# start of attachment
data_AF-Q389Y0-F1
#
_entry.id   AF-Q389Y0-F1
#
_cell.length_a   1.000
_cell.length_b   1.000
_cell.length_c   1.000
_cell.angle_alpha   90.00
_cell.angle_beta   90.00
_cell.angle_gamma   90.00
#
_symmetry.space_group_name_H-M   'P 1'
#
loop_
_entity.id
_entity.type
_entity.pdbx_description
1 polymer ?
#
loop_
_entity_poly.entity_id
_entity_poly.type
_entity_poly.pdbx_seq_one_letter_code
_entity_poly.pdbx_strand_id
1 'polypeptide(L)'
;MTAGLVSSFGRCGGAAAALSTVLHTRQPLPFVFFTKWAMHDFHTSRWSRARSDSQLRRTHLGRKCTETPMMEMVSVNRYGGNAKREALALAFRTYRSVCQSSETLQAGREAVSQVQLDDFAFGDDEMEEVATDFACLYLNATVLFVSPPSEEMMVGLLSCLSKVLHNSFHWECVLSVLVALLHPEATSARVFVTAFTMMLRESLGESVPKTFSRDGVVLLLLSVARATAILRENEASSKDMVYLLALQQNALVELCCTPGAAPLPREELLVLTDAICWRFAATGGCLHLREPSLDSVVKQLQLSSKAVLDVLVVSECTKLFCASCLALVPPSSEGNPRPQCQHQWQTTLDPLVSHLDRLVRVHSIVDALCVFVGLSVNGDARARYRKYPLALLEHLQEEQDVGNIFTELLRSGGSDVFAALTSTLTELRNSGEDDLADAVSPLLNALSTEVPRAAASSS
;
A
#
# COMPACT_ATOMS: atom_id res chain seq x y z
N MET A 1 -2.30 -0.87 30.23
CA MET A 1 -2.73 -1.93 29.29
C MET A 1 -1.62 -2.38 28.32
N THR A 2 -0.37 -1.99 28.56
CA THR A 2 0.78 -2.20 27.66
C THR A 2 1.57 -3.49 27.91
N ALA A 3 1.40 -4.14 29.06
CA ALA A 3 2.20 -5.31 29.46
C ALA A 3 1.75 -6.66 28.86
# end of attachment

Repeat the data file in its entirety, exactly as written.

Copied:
data_AF-Q389Y0-F1
#
_entry.id   AF-Q389Y0-F1
#
_cell.length_a   1.000
_cell.length_b   1.000
_cell.length_c   1.000
_cell.angle_alpha   90.00
_cell.angle_beta   90.00
_cell.angle_gamma   90.00
#
_symmetry.space_group_name_H-M   'P 1'
#
loop_
_entity.id
_entity.type
_entity.pdbx_description
1 polymer ?
#
loop_
_entity_poly.entity_id
_entity_poly.type
_entity_poly.pdbx_seq_one_letter_code
_entity_poly.pdbx_strand_id
1 'polypeptide(L)'
;MTAGLVSSFGRCGGAAAALSTVLHTRQPLPFVFFTKWAMHDFHTSRWSRARSDSQLRRTHLGRKCTETPMMEMVSVNRYGGNAKREALALAFRTYRSVCQSSETLQAGREAVSQVQLDDFAFGDDEMEEVATDFACLYLNATVLFVSPPSEEMMVGLLSCLSKVLHNSFHWECVLSVLVALLHPEATSARVFVTAFTMMLRESLGESVPKTFSRDGVVLLLLSVARATAILRENEASSKDMVYLLALQQNALVELCCTPGAAPLPREELLVLTDAICWRFAATGGCLHLREPSLDSVVKQLQLSSKAVLDVLVVSECTKLFCASCLALVPPSSEGNPRPQCQHQWQTTLDPLVSHLDRLVRVHSIVDALCVFVGLSVNGDARARYRKYPLALLEHLQEEQDVGNIFTELLRSGGSDVFAALTSTLTELRNSGEDDLADAVSPLLNALSTEVPRAAASSS
;
A
#
# COMPACT_ATOMS: atom_id res chain seq x y z
N MET A 1 -2.30 -0.87 30.23
CA MET A 1 -2.73 -1.93 29.29
C MET A 1 -1.62 -2.38 28.32
N THR A 2 -0.37 -1.99 28.56
CA THR A 2 0.78 -2.20 27.66
C THR A 2 1.57 -3.49 27.91
N ALA A 3 1.40 -4.14 29.06
CA ALA A 3 2.20 -5.31 29.46
C ALA A 3 1.75 -6.66 28.86